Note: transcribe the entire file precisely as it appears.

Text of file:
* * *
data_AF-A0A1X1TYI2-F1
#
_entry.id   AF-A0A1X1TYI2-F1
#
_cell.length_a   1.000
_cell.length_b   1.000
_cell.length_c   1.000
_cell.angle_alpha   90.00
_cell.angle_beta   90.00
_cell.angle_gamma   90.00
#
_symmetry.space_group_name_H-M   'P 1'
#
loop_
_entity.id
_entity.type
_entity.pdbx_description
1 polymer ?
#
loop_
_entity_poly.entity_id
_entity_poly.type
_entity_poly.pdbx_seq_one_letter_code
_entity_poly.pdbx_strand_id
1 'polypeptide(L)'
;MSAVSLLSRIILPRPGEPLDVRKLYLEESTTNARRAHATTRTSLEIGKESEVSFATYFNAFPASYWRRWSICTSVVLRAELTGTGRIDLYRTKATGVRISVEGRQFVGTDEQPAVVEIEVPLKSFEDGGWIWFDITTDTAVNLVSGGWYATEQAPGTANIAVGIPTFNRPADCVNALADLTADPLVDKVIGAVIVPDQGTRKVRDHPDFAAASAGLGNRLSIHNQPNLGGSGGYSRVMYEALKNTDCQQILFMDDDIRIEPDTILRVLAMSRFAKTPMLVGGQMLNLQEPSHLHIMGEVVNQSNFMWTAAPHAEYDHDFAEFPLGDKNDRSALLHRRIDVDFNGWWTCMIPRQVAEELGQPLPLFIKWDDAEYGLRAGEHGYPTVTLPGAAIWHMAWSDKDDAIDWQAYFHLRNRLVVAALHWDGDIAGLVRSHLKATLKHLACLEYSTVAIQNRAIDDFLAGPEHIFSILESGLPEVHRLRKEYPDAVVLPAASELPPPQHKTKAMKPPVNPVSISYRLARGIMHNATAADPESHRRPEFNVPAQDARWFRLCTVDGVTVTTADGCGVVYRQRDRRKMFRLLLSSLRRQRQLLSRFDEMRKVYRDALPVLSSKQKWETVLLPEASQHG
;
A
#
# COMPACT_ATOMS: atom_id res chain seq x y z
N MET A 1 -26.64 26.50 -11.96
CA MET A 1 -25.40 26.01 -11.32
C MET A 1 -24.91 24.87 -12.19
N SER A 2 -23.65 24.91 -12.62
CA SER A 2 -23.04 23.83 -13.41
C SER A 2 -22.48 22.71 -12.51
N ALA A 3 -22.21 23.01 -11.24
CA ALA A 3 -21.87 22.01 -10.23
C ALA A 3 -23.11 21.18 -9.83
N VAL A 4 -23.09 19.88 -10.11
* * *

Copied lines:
data_AF-A0A1X1TYI2-F1
#
_entry.id   AF-A0A1X1TYI2-F1
#
_cell.length_a   1.000
_cell.length_b   1.000
_cell.length_c   1.000
_cell.angle_alpha   90.00
_cell.angle_beta   90.00
_cell.angle_gamma   90.00
#
_symmetry.space_group_name_H-M   'P 1'
#
loop_
_entity.id
_entity.type
_entity.pdbx_description
1 polymer ?
#
loop_
_entity_poly.entity_id
_entity_poly.type
_entity_poly.pdbx_seq_one_letter_code
_entity_poly.pdbx_strand_id
1 'polypeptide(L)'
;MSAVSLLSRIILPRPGEPLDVRKLYLEESTTNARRAHATTRTSLEIGKESEVSFATYFNAFPASYWRRWSICTSVVLRAELTGTGRIDLYRTKATGVRISVEGRQFVGTDEQPAVVEIEVPLKSFEDGGWIWFDITTDTAVNLVSGGWYATEQAPGTANIAVGIPTFNRPADCVNALADLTADPLVDKVIGAVIVPDQGTRKVRDHPDFAAASAGLGNRLSIHNQPNLGGSGGYSRVMYEALKNTDCQQILFMDDDIRIEPDTILRVLAMSRFAKTPMLVGGQMLNLQEPSHLHIMGEVVNQSNFMWTAAPHAEYDHDFAEFPLGDKNDRSALLHRRIDVDFNGWWTCMIPRQVAEELGQPLPLFIKWDDAEYGLRAGEHGYPTVTLPGAAIWHMAWSDKDDAIDWQAYFHLRNRLVVAALHWDGDIAGLVRSHLKATLKHLACLEYSTVAIQNRAIDDFLAGPEHIFSILESGLPEVHRLRKEYPDAVVLPAASELPPPQHKTKAMKPPVNPVSISYRLARGIMHNATAADPESHRRPEFNVPAQDARWFRLCTVDGVTVTTADGCGVVYRQRDRRKMFRLLLSSLRRQRQLLSRFDEMRKVYRDALPVLSSKQKWETVLLPEASQHG
;
A
#
# COMPACT_ATOMS: atom_id res chain seq x y z
N MET A 1 -26.64 26.50 -11.96
CA MET A 1 -25.40 26.01 -11.32
C MET A 1 -24.91 24.87 -12.19
N SER A 2 -23.65 24.91 -12.62
CA SER A 2 -23.04 23.83 -13.41
C SER A 2 -22.48 22.71 -12.51
N ALA A 3 -22.21 23.01 -11.24
CA ALA A 3 -21.87 22.01 -10.23
C ALA A 3 -23.11 21.18 -9.83
N VAL A 4 -23.09 19.88 -10.11